Daniel W Drezner. Foreign Affairs. Volume 83, Issue 3. May/June 2004.
The Truth Is Offshore
When a presidential election year coincides with an uncertain economy, campaigning politicians invariably invoke an international economic issue as a dire threat to the well-being of Americans. Speechwriters denounce the chosen scapegoat, the media provides blanket coverage of the alleged threat, and legislators scurry to introduce supposed remedies.
The cause of this year’s commotion is offshore outsourcing—the alleged migration of American jobs overseas. The depth of alarm was strikingly illustrated by the firestorm of reaction to recent testimony by N. Gregory Mankiw, the head of President George W. Bush’s Council of Economic Advisers. No economist really disputed Mankiw’s observation that “outsourcing is just a new way of doing international trade,” which makes it “a good thing.” But in the political arena, Mankiw’s comments sparked a furor on both sides of the aisle. Democratic presidential candidate John Kerry accused the Bush administration of wanting “to export more of our jobs overseas,” and Senate Minority Leader Tom Daschle quipped, “If this is the administration’s position, I think they owe an apology to every worker in America.” Speaker of the House Dennis Hastert, meanwhile, warned that “outsourcing can be a problem for American workers and the American economy.”
Critics charge that the information revolution (especially the Internet) has accelerated the decimation of U.S. manufacturing and facilitated the outsourcing of service-sector jobs once considered safe, from backroom call centers to high-level software programming. (This concern feeds into the suspicion that U.S. corporations are exploiting globalization to fatten profits at the expense of workers.) They are right that offshore outsourcing deserves attention and that some measures to assist affected workers are called for. But if their exaggerated alarmism succeeds in provoking protectionist responses from lawmakers, it will do far more harm than good, to the U.S. economy and to American workers.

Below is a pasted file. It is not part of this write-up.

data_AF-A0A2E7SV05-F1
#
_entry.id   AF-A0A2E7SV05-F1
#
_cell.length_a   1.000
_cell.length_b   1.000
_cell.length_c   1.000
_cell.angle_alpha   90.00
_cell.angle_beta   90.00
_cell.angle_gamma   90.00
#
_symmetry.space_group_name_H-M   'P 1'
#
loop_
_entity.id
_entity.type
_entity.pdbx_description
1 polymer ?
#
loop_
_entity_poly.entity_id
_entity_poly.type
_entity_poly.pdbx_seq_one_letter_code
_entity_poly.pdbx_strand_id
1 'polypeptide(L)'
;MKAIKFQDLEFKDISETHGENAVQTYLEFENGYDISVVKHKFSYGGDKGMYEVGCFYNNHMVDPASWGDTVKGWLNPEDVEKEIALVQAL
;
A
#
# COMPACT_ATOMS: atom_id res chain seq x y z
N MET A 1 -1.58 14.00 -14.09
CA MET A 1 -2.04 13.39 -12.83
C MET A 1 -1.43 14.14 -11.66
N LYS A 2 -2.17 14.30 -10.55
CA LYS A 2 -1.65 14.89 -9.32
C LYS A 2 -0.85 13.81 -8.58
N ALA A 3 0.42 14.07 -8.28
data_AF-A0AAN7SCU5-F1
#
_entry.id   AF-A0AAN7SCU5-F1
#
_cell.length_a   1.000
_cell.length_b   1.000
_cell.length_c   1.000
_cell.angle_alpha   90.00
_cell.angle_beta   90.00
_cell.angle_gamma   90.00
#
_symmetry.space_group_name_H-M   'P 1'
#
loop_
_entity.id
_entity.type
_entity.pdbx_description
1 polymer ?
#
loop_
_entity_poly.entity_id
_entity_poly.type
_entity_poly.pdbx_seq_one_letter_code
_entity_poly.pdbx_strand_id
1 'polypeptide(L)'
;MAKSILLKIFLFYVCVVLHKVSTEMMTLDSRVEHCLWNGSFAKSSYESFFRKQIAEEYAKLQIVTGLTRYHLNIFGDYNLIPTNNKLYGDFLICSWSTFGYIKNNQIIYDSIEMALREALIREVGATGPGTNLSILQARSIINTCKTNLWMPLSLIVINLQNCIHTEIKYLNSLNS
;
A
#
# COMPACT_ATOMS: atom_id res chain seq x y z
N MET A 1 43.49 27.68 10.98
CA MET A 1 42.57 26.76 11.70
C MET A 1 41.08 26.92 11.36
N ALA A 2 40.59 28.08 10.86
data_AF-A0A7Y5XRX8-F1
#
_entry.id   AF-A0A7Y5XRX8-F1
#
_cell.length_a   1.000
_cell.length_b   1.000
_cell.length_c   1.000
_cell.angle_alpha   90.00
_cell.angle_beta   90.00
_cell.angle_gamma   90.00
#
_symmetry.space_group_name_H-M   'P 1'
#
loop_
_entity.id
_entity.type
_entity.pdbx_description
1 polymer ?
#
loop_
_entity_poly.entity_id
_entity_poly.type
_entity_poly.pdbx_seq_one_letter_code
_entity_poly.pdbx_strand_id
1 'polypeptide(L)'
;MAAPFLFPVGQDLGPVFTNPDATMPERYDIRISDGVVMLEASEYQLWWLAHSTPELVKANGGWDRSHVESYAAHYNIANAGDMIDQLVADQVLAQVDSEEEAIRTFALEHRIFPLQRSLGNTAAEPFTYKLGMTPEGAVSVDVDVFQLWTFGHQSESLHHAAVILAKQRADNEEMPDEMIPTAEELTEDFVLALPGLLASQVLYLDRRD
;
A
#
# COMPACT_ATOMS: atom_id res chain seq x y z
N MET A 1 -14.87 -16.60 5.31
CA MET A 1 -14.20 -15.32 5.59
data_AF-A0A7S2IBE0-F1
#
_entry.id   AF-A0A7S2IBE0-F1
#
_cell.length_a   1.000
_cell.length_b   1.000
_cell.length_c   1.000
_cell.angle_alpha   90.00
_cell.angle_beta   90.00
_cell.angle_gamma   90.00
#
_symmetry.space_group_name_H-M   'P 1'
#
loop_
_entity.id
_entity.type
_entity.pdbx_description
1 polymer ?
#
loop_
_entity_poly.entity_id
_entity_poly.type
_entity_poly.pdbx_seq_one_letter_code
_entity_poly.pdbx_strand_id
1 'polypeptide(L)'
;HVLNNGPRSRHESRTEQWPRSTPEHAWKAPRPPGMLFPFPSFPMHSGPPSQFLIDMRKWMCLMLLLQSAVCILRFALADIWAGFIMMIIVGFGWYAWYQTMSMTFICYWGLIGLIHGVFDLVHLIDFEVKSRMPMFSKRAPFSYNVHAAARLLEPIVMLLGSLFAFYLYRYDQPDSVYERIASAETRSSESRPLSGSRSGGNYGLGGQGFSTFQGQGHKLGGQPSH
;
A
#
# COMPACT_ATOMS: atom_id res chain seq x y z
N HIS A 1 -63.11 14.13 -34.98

Should Americans be concerned about the economic effects of outsourcing? Not particularly. Most of the numbers thrown around are vague, overhyped estimates. What hard data exist suggest that gross job losses due to offshore outsourcing have been minimal when compared to the size of the entire U.S. economy. The outsourcing phenomenon has shown that globalization can affect white-collar professions, heretofore immune to foreign competition, in the same way that it has affected manufacturing jobs for years. But Mankiw’s statements on outsourcing are absolutely correct; the law of comparative advantage does not stop working just because 401(k) plans are involved. The creation of new jobs overseas will eventually lead to more jobs and higher incomes in the United States. Because the economy—and especially job growth—is sluggish at the moment, commentators are attempting to draw a connection between offshore outsourcing and high unemployment. But believing that offshore outsourcing causes unemployment is the economic equivalent of believing that the sun revolves around the earth: intuitively compelling but clearly wrong.